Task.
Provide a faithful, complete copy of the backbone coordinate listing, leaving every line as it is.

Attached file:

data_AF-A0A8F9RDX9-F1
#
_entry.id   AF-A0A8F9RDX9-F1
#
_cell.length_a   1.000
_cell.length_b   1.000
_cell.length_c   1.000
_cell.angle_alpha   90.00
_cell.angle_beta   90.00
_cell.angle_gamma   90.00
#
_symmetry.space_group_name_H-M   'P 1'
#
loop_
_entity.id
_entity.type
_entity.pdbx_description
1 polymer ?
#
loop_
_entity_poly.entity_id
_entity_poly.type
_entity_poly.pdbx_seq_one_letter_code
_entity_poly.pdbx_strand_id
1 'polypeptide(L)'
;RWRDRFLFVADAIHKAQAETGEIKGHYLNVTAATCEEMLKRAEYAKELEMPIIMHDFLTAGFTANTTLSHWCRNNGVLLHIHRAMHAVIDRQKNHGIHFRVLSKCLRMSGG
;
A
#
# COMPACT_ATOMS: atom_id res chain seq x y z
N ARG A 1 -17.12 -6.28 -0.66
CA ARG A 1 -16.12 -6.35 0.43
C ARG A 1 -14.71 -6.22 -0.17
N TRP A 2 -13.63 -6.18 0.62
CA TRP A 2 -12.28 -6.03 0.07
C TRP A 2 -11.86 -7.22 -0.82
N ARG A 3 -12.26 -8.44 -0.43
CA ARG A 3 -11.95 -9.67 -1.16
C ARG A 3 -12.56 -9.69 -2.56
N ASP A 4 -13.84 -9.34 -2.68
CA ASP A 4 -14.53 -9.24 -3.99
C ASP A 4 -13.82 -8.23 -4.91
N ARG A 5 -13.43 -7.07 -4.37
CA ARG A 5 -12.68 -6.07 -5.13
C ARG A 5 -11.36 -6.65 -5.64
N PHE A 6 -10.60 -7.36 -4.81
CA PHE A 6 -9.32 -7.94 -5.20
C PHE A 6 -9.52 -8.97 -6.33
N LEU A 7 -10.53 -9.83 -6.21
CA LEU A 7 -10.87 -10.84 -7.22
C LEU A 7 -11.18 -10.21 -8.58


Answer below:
data_AF-A0A8F9RDX9-F1
#
_entry.id   AF-A0A8F9RDX9-F1
#
_cell.length_a   1.000
_cell.length_b   1.000
_cell.length_c   1.000
_cell.angle_alpha   90.00
_cell.angle_beta   90.00
_cell.angle_gamma   90.00
#
_symmetry.space_group_name_H-M   'P 1'
#
loop_
_entity.id
_entity.type
_entity.pdbx_description
1 polymer ?
#
loop_
_entity_poly.entity_id
_entity_poly.type
_entity_poly.pdbx_seq_one_letter_code
_entity_poly.pdbx_strand_id
1 'polypeptide(L)'
;RWRDRFLFVADAIHKAQAETGEIKGHYLNVTAATCEEMLKRAEYAKELEMPIIMHDFLTAGFTANTTLSHWCRNNGVLLHIHRAMHAVIDRQKNHGIHFRVLSKCLRMSGG
;
A
#
# COMPACT_ATOMS: atom_id res chain seq x y z
N ARG A 1 -17.12 -6.28 -0.66
CA ARG A 1 -16.12 -6.35 0.43
C ARG A 1 -14.71 -6.22 -0.17
N TRP A 2 -13.63 -6.18 0.62
CA TRP A 2 -12.28 -6.03 0.07
C TRP A 2 -11.86 -7.22 -0.82
N ARG A 3 -12.26 -8.44 -0.43
CA ARG A 3 -11.95 -9.67 -1.16
C ARG A 3 -12.56 -9.69 -2.56
N ASP A 4 -13.84 -9.34 -2.68
CA ASP A 4 -14.53 -9.24 -3.99
C ASP A 4 -13.82 -8.23 -4.91
N ARG A 5 -13.43 -7.07 -4.37
CA ARG A 5 -12.68 -6.07 -5.13
C ARG A 5 -11.36 -6.65 -5.64
N PHE A 6 -10.60 -7.36 -4.81
CA PHE A 6 -9.32 -7.94 -5.20
C PHE A 6 -9.52 -8.97 -6.33
N LEU A 7 -10.53 -9.83 -6.21
CA LEU A 7 -10.87 -10.84 -7.22
C LEU A 7 -11.18 -10.21 -8.58